Featured image for SodaStream To Release PepsiCo Concentrates

SodaStream To Release PepsiCo Concentrates

by Rudy Sanchez on 10/25/2019 | 2 Minute Read

SodaStream, the Israeli-based home soda device manufacturer, was acquired by beverage giant PepsiCo in 2018 as part of a multi-billion dollar buyout, and despite not having a Pepsi or Coca-Cola concetrate, their legions of customers don't seem the least bit phased. Sure, even Keurig sports K-Cups filled with coffee from popular brands like Starbucks and Dunkin’, but SodaStream’s concentrates are mostly private-label versions of cola, lemon-lime, and sparkling waters.

That is, until now.

SodaStream is now offering SodaStream-compatible concentrates of popular PepsiCo offerings like Pepsi, Pepsi Max, and 7 Up (PepsiCo controls international rights to the latter). Initially, they'll roll the soft drink mainstays out in Sweden and Norway, with plans for expansion to Germany and France early next year, reports CTech.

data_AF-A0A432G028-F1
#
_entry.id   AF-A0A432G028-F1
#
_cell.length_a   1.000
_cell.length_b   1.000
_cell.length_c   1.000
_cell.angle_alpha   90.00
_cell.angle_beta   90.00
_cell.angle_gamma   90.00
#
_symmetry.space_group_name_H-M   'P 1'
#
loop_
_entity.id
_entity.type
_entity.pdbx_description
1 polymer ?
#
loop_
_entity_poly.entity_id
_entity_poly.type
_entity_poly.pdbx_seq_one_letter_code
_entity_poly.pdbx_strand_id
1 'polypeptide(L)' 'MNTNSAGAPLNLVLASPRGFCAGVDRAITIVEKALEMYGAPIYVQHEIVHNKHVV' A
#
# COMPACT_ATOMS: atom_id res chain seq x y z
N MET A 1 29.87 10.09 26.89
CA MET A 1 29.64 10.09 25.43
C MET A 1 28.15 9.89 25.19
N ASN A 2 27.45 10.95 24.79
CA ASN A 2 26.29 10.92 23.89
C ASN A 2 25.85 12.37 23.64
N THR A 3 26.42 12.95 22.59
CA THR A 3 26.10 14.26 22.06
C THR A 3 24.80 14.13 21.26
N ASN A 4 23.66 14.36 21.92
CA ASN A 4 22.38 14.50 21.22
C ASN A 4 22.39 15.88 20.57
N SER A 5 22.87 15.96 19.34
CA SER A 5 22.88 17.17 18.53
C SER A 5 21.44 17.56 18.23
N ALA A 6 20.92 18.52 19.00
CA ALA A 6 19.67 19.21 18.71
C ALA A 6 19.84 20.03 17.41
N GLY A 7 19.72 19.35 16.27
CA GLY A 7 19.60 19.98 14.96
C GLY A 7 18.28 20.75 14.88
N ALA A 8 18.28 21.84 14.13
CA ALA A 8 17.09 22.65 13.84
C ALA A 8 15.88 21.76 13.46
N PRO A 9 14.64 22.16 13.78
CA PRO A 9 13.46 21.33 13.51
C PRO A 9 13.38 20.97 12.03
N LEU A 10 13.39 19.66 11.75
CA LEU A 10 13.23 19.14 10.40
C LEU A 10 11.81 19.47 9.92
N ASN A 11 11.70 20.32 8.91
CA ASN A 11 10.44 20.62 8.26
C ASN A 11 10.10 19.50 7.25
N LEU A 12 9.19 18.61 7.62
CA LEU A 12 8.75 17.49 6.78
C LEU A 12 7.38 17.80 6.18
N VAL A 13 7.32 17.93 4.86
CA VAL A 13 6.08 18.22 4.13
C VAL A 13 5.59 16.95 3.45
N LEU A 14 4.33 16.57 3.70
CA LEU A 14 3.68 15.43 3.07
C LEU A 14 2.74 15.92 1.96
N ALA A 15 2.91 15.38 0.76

Available now on SodaStream’s Swedish website, each 440ml bottle of concentrate makes about 8L of soda for 59 kronor, or about US$6. It’s slightly cheaper than buying bottled-up soda, but the real savings come in the reduction of single-use plastic.

Editorial photograph

SodaStream’s offering of at-home, on-demand Pepsi isn’t the first time a soda kingpin has tried to make their beverages in customers’ kitchens. In 2015, Coca-Cola and Keurig released a home soda maker called Keurig Kold, which was pulled off the market within a year of launch, due to low demand. 

The Kold machines retailed for $300-$369, compared to SodaStream’s sub $100 entry-level system price. Kold’s consumable pods weren’t cheap either, with single 8oz servings costing $1-$1.25 apiece.

With soda consumption down, offering on-demand Pepsi through the affordable and versatile SodaStream ecosystem might be a savvy move to retain consumers that want an occasional indulgence. Better still, it's an appeal to the eco-conscious consumer who wants a little less plastic in their pop.